Sitting is the New Smoking

Sitting is the New Smoking – Keep moving and get adjusted!

Check out this article and think twice before you sit!

It is common knowledge that “smoking is bad” (just ask any elementary school student), but did you know that “sitting is the new smoking” is a new mantra of the medical community?

As a society, we have become more health aware in recent years. The infomercials, search engine ads, and even the ads on our Facebook profiles are dominated by weight-loss miracles and skin treatments that promise to make you look and feel like a Disney princess. The irony of it all, is that we see MOST of these ads while planted firmly on our rear-ends in chairs ranging from “sitting on gravel would be a reprieve” to “I could never get rid of this chair because it is worn to my butt like a high quality pair of leather shoes”. But how many advertisements have you seen that say “Get off your butt! You’re welcome for the free advice”. I haven’t seen one. It’s a shame, really, because this is the best advice that many of us could receive in considering our personal health, and it doesn’t cost anything to do!

In an October 2012 article published by the British Journal of Sports Medicine, J Lennert Veerman exposed startling statistics that show that every hour of sitting decreases life expectancy by approximately 22 minutes. Dr. Anup Kanodia from the Center for Personalized Health Care at The Ohio State University’s Wexner Medical Center sites this research and coins the phrase “sitting is the new smoking”. While an hour of sitting is said to decrease life expectancy by 22 minutes, each cigarette smoked is said to decrease life expectancy by 11 minutes.

Remember that 208 minute extended edition of Lord of the Rings you watched last weekend? By these calculations, you did your body as much good as you would have done by spending that time smoking SEVEN cigarettes!

But how can sitting POSSIBLY be as dangerous as smoking? Dr. Kanodia explains,

“In a little over 150 years, we have gone from a society that stood or walked for 90 percent of the waking day to one that sits for 60 percent. Most people are coming into work and leaving sicker…”

Think about your daily routine for a moment. You woke up, SAT DOWN to eat some breakfast, SAT in the car to drive to work, SAT at your desk for the next 8-9 hours with a SIT-DOWN lunch somewhere in there, you SAT in the car to drive home, then you SAT at the table for dinner, and later SAT in your favorite chair to relax and watch some tv and check your social media on your tablet. Pretty startling when you pick apart your day like that, isn’t it?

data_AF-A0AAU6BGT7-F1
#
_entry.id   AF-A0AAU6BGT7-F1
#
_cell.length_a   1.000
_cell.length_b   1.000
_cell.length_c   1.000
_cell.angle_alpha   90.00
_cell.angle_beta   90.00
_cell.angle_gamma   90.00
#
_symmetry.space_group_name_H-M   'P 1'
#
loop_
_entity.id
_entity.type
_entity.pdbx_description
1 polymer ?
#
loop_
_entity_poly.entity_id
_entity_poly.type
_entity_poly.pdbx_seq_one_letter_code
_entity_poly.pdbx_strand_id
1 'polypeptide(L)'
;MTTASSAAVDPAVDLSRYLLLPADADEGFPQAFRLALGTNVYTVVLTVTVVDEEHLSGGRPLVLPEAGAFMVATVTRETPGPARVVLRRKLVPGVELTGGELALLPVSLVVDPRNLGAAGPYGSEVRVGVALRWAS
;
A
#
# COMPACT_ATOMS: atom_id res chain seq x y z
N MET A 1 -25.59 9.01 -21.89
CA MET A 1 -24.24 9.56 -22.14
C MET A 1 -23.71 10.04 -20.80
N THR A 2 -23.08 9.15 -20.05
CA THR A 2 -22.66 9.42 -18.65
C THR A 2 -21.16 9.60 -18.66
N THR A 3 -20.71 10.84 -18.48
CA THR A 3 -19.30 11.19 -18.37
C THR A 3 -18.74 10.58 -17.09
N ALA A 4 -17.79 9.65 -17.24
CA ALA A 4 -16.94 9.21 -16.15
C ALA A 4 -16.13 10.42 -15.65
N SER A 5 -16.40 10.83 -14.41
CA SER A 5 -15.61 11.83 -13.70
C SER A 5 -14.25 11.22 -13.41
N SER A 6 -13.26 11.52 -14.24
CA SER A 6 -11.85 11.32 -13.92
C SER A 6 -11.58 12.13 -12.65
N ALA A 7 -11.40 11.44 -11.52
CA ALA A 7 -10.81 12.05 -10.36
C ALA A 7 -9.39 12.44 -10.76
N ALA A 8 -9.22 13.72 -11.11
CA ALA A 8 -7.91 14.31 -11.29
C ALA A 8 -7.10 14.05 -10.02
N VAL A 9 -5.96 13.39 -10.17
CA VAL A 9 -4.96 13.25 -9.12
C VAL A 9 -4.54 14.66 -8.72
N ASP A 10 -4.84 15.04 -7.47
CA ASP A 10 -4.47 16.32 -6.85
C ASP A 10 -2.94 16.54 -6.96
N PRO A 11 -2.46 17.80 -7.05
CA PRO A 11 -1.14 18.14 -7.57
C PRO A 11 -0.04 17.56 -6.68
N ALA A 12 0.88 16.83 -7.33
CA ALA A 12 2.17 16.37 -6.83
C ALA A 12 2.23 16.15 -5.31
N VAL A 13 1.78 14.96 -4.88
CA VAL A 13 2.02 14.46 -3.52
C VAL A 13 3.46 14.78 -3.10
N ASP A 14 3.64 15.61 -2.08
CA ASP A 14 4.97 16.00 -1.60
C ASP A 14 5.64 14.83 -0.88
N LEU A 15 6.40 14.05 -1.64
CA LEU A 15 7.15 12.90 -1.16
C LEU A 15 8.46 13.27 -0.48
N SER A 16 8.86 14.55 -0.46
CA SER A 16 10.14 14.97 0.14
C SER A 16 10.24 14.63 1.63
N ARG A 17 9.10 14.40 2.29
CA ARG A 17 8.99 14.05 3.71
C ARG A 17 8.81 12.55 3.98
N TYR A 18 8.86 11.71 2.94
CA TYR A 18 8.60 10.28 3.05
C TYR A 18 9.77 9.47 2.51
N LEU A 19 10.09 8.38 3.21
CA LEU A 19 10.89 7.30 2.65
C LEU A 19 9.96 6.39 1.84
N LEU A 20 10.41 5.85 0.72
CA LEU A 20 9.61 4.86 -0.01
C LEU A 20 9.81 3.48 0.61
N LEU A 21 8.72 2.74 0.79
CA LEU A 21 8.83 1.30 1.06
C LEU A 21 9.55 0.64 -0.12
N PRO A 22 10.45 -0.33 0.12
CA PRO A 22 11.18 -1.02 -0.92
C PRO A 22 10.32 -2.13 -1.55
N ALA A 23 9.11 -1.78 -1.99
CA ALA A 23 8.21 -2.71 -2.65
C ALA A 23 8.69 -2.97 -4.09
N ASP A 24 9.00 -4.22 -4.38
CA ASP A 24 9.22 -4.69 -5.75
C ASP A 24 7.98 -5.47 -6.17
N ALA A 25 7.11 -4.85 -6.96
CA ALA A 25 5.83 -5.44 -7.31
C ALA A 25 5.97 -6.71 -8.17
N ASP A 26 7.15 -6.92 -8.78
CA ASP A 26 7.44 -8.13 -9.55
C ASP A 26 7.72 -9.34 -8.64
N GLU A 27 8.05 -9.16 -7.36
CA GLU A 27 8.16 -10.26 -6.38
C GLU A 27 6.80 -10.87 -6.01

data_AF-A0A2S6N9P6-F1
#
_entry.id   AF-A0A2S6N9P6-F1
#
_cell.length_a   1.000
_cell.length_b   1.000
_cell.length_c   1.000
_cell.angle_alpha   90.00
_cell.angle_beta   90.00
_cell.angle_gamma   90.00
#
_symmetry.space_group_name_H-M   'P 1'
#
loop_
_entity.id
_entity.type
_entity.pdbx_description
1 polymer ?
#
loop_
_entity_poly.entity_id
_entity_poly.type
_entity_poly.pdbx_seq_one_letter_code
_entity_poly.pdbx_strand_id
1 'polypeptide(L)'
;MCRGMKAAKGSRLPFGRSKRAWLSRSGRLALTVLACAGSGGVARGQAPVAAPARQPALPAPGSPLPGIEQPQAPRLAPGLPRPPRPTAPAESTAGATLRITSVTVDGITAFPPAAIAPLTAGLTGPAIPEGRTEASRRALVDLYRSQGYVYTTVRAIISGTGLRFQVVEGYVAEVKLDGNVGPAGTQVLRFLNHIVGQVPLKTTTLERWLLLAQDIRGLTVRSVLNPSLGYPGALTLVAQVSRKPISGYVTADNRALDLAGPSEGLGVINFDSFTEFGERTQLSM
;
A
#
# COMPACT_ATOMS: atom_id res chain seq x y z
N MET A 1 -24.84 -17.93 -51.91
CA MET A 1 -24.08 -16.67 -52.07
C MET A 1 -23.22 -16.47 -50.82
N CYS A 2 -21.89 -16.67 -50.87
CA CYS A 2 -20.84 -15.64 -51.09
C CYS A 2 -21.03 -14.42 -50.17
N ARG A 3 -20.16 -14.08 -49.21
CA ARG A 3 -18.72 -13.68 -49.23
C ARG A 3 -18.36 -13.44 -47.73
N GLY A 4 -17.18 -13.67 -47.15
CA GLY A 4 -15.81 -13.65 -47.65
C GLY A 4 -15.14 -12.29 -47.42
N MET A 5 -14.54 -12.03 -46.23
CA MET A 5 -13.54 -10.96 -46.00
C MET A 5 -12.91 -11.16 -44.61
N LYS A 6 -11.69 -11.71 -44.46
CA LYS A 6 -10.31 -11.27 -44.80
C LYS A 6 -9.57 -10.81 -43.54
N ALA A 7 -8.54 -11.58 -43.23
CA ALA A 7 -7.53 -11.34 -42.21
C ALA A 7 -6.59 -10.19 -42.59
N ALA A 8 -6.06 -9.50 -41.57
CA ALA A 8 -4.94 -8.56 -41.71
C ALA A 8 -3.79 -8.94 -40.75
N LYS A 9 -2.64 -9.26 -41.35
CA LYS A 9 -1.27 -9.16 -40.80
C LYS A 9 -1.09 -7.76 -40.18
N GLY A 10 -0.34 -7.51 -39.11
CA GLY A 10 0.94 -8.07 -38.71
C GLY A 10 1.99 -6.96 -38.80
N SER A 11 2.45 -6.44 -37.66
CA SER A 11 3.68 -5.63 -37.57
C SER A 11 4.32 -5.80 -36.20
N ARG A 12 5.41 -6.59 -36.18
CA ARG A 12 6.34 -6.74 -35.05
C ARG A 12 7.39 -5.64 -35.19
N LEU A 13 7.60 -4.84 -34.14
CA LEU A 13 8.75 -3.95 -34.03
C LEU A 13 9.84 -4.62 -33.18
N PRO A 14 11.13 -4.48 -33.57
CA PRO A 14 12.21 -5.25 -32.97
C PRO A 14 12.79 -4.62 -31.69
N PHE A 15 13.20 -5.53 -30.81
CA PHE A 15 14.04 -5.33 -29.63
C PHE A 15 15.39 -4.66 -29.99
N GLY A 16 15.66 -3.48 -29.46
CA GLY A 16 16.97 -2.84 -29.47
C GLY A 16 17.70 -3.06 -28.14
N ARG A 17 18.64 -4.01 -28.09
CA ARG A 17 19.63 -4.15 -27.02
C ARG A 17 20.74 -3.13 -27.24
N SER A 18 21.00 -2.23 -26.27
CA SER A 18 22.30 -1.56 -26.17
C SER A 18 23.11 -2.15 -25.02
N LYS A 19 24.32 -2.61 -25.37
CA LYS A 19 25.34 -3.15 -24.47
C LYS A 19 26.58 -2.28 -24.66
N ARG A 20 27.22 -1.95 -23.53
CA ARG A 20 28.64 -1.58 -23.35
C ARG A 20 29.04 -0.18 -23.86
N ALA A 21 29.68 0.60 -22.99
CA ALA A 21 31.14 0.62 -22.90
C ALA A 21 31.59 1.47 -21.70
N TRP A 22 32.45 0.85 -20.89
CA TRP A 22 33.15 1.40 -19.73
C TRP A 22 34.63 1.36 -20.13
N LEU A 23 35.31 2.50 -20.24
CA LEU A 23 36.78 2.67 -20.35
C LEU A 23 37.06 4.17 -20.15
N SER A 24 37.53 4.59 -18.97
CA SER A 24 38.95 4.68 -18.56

Dr. Kanodia continues,

“When you’re standing or moving around, your muscles contract. They’re moving around and insulin helps the body in terms of moving sugar from the blood into different cells. But, when you’re sitting, none of that happens. So, if you’re on a conference call or participating in a webinar, do yourself a favor and stand up…”

Sitting for too long decreases the enzyme lipoprotein lipase which is responsible for converting bad cholesterol (LDL) into good cholesterol (HDL) by 95 percent. This detrimental decrease of the enzyme increases risk of heart attack by 30 percent. Research published in the November 2012 Journal of Diabetologia revealed that people who spend the most time sitting found increases in cardiovascular events (147%), the risks of diabetes (112%), death from cardiovascular causes (90%) and death from all causes (49%).

Let’s all make a commitment to stand more. You burn 100 calories an hour while sitting. That number jumps up by 50 percent to 150 calories an hour while you stand. If you stand up every half an hour for just one minute, you can burn 43 percent more energy throughout your day. Take THAT expensive miracle ads! Even those who exercise daily aren’t free from the dangers of sitting. Remember, if you are sitting for long periods of time, your body is suffering the effects. It’s time to make a change. Don’t get rid of your gym membership, but you might want to trade in your squatty office chair and get a standing desk.

5 Tips to Help you Sit Less and Stand More

  • Drink lot of fluids (eventually that will get you off of your chair and into the bathroom!)
  • Set a timer on your phone or computer to remind you to stand up every half hour (or talk a five minute walk every hour)
  • Stand during every phone call
  • Change your habits outside of work or the classroom to minimize sitting
  • Park on the far side of the parking lot (help your body and minimize dings in your doors!)

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